Deshaun Davis wants to see for himself.
He wants to see that No. 13 on the field, live and in person, before he can say for sure.
Davis, Auburn’s studious senior middle linebacker, was asked this week if Tua Tagovailoa is one of the best players he’ll have ever played against.
“After Saturday, I can answer that question,” Davis said on Tuesday.
Of course, Davis, known for his preparation, probably already had an idea after pouring over Alabama game film in the days after Auburn’s home finale against Liberty last Saturday.
He certainly wasn’t taking anything away from Tagovailoa and what he’s done so far this season.
“Tua is Tua. He needs no introduction,” Davis said in another moment, as he listed off strengths he expects to see out of the Crimson Tide.
But it’s probably true that Davis won’t know for sure until Saturday, after seeing how Alabama’s standout quarterback performs in the Iron Bowl, just how extraordinary Tagovailoa can be.
After all, it’ll be there on center stage in the rivalry game, as the schools’ eyes and the state’s ears tune to the field at Bryant-Denny Stadium that Tagovailoa will have an all-important chance to prove himself. It’s where plenty of the state’s familiar old football followers, and young students of the game like Davis, will decide for themselves whether Tagovailoa is part of next-level air.
The last two Heisman Trophy winners from the rivalry have done just that, in this game.
Seemingly out-of-this-world and from seemingly half the world away, Tagovailoa of Ewa Beach, Hawaii, is a sophomore star playing nothing short of phenomenally, and he’s on his way to winning his own Heisman, as the nation’s clear front-runner for the award as this season winds to a close.
Five Iron Bowl players have won the Heisman Trophy. Tagovailoa is aiming to be the sixth.
Auburn’s last winner — and the last Iron Bowl quarterback to win it — made his own mark on that same field eight years ago, in Bryant-Denny Stadium. Cam Newton led his Tigers team roaring back from a 24-point deficit to beat Alabama 28-27 in 2010, in a rivalry classic.
Most recently, Alabama’s second Heisman Trophy winner, Derrick Henry, took over the Iron Bowl game and rushed for 271 yards on 46 carries in a 29-13 win over Auburn in 2015.
Auburn has produced three Heisman Trophy winners: Pat Sullivan won it in 1971 and Bo Jackson won it in 1985, before Newton did so in 2010.
Alabama has a claim to two: Mark Ingram won the award in 2009 before Henry did it in 2015.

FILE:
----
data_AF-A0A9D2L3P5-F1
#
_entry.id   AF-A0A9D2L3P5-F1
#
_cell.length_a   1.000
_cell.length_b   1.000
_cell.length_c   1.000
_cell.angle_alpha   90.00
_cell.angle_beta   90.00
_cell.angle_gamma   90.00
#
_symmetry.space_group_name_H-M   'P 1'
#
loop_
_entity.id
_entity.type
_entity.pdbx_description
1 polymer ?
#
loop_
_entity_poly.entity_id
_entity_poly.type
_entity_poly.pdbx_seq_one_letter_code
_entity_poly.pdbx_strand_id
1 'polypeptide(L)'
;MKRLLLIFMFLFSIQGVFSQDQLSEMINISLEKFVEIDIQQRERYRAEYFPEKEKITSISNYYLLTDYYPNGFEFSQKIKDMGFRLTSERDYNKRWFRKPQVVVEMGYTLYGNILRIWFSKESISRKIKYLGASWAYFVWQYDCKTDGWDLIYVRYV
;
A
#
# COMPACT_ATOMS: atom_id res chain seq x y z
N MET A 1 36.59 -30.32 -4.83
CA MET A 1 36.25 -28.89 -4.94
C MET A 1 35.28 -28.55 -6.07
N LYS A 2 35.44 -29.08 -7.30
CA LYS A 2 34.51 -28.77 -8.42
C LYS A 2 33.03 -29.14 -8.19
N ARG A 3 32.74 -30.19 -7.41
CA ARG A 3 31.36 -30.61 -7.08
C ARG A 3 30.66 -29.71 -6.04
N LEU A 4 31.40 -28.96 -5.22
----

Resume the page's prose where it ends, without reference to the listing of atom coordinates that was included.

Sullivan and Jackson lost to Alabama during their Heisman seasons. Ingram rushed for only 30 yards in Alabama’s comeback win over Auburn in 2009.
But if the last two Heisman seasons between the schools are an indication, Tagovailoa may well have to shine in the state’s big rivalry game if he’s going to join that elite company, and if skeptical spectators are going to concede that the star quarterback is worth all the hype that surrounds him.
The Tigers, of course, seem to believe it’s so — and they’re preparing for Tagovailoa’s best shot.
“He’s very accurate. Just watching him, he knows the game of football,” Davis said. “You can tell he reads defenses pretty well. If you show him what you’re going to do, it’s going to be a long night, I can tell you that.
“He’s a football mind, he’s a football player, and he’s a fierce competitor,” Davis added.
Tagovailoa is set to make his Iron Bowl debut. He did not play in the Crimson Tide’s loss to Auburn last year. Jalen Hurts started that game for Alabama. Tagovailoa’s rise to superstardom came in the National Championship Game more than a month later.
Auburn head coach Gus Malzahn deferred to after the game, as well, when asked how Tagovailoa compares to other quarterbacks his teams have prepared to face — but he was quick to say the sophomore is playing “at an extremely high level.”
“He extends plays very well,” Malzahn said. “When things aren’t within the normal timing, he’s really, really good rolling out, creating things. His ball placement when he’s under pressure is really good. And he can beat you with his feet too. He’s not just a thrower.
“He’s got a unique skillset and he’s very impressive to watch on film.”
Soon enough, the Tigers won’t be watching him on a tape or on a clip of game film.
Soon, they’ll get their wish, and Tagovailoa will be trotting onto the field to take them on head-to-head in person — and he’ll be stepping on the field to make his own mark in the rivalry, one way or the other.